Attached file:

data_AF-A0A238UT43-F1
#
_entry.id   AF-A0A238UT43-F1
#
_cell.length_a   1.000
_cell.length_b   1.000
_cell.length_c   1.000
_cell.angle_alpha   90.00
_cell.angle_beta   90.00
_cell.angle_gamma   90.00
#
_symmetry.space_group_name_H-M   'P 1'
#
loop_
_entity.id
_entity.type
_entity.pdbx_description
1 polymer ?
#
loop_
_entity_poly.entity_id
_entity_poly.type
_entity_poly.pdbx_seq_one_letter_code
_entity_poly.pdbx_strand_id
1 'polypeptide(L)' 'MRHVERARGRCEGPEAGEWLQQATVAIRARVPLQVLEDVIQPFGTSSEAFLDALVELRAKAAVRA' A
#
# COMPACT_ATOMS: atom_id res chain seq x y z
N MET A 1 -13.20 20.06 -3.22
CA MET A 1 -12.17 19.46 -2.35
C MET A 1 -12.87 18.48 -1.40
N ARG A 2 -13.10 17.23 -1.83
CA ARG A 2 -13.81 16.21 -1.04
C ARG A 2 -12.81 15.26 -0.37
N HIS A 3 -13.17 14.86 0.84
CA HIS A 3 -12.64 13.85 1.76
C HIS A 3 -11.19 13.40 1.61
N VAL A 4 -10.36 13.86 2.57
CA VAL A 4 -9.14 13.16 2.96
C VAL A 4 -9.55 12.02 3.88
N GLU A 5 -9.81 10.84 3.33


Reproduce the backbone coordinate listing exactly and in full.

data_AF-A0A238UT43-F1
#
_entry.id   AF-A0A238UT43-F1
#
_cell.length_a   1.000
_cell.length_b   1.000
_cell.length_c   1.000
_cell.angle_alpha   90.00
_cell.angle_beta   90.00
_cell.angle_gamma   90.00
#
_symmetry.space_group_name_H-M   'P 1'
#
loop_
_entity.id
_entity.type
_entity.pdbx_description
1 polymer ?
#
loop_
_entity_poly.entity_id
_entity_poly.type
_entity_poly.pdbx_seq_one_letter_code
_entity_poly.pdbx_strand_id
1 'polypeptide(L)' 'MRHVERARGRCEGPEAGEWLQQATVAIRARVPLQVLEDVIQPFGTSSEAFLDALVELRAKAAVRA' A
#
# COMPACT_ATOMS: atom_id res chain seq x y z
N MET A 1 -13.20 20.06 -3.22
CA MET A 1 -12.17 19.46 -2.35
C MET A 1 -12.87 18.48 -1.40
N ARG A 2 -13.10 17.23 -1.83
CA ARG A 2 -13.81 16.21 -1.04
C ARG A 2 -12.81 15.26 -0.37
N HIS A 3 -13.17 14.86 0.84
CA HIS A 3 -12.64 13.85 1.76
C HIS A 3 -11.19 13.40 1.61
N VAL A 4 -10.36 13.86 2.57
CA VAL A 4 -9.14 13.16 2.96
C VAL A 4 -9.55 12.02 3.88
N GLU A 5 -9.81 10.84 3.33